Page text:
[FOUNTAIN]The growing appeal of used booksUsed book lovers make pilgrimages to secondhand bookstores to find rare books. To meet the demand, online used bookstores have opened up and a used book bestseller list is being issued.
It was in Japan that the industrialization of the secondhand book market began. Well known for their love for books and frugality, Japanese people frequent secondhand bookstores, but the rows of such shops in the Kanda district of Tokyo are well-known to Koreans as well.
The latest trend in the secondhand book industry is large chains. One of the most successful ventures is Book-Off. Established in 1991, the chain has 700 branches all over Japan, and last year’s revenue was 33.4 billion yen ($300 million).
In March, Book-Off went public and was listed on the Tokyo Stock Exchange. What are the secrets of Book-Off’s success?
Most of all, the company has revolutionized the business model for secondhand bookstores. Book-Off has a simple system for pricing used books. Once acquired, all used books are priced at half of the original price. Books that are not sold in three months are priced at 100 yen, just under a dollar. This system accelerates inventory turnover and lessens the burden of overstocking.
What sets Book-Off stores apart from individually run secondhand bookstores is the bright interior that reminds one of a convenience store. Shopping carts and baskets can be found at the entrance, and books have been neatly shelved by genre and author.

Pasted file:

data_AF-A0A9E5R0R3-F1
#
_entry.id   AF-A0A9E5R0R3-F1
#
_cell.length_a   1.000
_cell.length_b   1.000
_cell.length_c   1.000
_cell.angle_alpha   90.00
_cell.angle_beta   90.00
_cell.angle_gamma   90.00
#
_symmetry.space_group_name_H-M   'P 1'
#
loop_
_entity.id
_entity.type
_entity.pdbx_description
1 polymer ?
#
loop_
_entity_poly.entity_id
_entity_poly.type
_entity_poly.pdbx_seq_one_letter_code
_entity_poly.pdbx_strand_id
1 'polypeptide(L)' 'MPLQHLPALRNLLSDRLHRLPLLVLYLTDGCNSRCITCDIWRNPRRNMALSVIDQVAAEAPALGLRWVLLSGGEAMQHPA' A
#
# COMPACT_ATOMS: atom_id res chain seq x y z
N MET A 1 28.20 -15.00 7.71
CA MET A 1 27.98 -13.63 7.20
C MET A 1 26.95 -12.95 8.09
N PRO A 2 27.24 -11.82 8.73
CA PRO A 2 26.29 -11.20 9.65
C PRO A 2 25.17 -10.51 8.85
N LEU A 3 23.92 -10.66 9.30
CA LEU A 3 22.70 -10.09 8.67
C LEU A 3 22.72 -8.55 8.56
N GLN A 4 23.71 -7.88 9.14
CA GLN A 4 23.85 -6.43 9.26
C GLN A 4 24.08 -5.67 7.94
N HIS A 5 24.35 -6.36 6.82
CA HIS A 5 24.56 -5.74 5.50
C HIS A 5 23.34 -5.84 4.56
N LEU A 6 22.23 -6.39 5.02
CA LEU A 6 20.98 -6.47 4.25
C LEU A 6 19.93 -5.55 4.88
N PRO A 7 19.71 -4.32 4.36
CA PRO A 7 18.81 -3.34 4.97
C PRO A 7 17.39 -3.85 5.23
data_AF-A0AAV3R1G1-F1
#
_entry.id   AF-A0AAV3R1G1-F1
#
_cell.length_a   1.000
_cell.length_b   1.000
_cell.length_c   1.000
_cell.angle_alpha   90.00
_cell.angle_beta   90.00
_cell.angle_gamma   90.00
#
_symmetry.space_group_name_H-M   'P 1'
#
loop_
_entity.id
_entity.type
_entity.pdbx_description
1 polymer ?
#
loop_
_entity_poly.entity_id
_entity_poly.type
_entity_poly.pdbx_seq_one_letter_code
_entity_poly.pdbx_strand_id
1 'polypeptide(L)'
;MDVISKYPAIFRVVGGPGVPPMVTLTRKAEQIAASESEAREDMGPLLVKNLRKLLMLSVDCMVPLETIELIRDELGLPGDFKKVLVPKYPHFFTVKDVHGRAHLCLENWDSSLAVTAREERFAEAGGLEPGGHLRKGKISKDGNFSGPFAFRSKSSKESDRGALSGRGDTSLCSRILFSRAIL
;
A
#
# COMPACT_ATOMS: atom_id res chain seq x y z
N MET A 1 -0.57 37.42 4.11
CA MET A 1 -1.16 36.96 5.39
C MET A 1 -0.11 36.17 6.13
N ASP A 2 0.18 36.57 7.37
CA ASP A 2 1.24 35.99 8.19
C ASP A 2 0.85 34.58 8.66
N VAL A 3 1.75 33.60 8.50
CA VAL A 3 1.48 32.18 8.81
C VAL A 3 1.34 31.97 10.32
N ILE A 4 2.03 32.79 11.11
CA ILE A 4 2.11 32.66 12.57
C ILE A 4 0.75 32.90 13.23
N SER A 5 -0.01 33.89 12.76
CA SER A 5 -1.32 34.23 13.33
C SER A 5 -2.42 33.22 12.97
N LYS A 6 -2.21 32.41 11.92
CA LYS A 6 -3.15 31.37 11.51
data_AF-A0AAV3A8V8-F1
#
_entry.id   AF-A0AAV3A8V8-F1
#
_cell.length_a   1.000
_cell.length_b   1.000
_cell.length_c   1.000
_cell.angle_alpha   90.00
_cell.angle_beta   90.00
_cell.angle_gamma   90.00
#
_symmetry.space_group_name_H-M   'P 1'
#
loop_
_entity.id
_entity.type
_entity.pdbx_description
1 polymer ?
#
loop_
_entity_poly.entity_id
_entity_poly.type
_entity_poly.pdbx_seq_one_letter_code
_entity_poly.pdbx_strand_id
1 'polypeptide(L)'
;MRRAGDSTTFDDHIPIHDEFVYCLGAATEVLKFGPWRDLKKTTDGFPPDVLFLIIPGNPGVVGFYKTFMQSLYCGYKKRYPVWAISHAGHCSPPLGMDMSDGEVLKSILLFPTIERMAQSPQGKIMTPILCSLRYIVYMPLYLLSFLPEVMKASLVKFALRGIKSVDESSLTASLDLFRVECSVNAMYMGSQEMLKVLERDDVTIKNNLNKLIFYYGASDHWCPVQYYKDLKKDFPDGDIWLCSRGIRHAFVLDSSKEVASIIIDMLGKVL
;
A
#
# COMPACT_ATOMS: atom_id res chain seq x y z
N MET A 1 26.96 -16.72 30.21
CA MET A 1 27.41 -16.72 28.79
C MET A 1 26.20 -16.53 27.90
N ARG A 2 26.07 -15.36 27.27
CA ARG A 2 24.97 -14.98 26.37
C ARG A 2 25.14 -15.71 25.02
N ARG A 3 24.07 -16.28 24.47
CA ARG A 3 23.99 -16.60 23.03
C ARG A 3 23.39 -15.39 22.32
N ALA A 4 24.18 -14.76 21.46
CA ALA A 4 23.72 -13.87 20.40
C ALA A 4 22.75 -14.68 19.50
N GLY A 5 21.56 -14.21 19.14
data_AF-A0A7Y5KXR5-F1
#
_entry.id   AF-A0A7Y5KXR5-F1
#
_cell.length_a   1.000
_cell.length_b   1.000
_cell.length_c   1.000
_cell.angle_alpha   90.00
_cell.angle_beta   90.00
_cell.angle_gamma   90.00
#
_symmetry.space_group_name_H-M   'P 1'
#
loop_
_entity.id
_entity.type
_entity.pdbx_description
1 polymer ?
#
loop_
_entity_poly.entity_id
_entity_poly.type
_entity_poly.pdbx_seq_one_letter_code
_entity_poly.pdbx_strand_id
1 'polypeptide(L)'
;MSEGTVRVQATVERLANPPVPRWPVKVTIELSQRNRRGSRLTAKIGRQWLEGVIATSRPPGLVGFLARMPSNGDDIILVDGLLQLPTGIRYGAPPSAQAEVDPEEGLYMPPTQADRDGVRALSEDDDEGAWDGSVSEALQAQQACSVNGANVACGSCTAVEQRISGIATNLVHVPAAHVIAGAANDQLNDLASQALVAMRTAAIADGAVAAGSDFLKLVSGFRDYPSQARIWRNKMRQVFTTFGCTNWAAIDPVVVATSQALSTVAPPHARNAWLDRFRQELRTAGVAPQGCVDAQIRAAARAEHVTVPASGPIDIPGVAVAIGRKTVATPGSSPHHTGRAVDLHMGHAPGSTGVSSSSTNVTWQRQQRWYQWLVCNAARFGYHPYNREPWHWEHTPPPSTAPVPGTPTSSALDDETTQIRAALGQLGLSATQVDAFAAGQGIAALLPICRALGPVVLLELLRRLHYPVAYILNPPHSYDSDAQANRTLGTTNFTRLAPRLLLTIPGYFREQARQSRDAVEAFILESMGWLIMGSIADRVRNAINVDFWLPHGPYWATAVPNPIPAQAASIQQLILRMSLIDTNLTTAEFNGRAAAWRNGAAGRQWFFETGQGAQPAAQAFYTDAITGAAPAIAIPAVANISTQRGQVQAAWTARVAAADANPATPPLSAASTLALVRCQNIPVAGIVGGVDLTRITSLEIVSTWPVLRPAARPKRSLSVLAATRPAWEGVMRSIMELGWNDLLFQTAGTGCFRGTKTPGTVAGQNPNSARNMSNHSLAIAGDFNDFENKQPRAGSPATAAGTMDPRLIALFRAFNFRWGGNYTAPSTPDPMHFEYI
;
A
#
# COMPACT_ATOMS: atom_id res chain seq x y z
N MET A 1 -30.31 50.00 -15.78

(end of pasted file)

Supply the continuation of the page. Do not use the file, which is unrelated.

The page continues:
To make the used books more appealing, they are trimmed and polished. The covers are wiped with a special detergent that gives the books the gloss of new ones. Book-Off’s success has triggered the startup of other chains.
A month ago, Book-Off opened a branch in Paris, where Japanese books are sold to the local Japanese population. Book-Off estimates a store would be profitable in any major city with more than 5,000 Japanese residents.
The five-day workweek has begun in earnest, and the vacation season has arrived. Now that we have a little more free time, why not plan a visit to a secondhand bookstore with family members? You might find only one magazine, but your participation and care can bring about the industrialization of secondhand bookstores a little sooner.
by Nahm Yoon-ho
The writer is a deputy city news editor of the JoongAng Ilbo.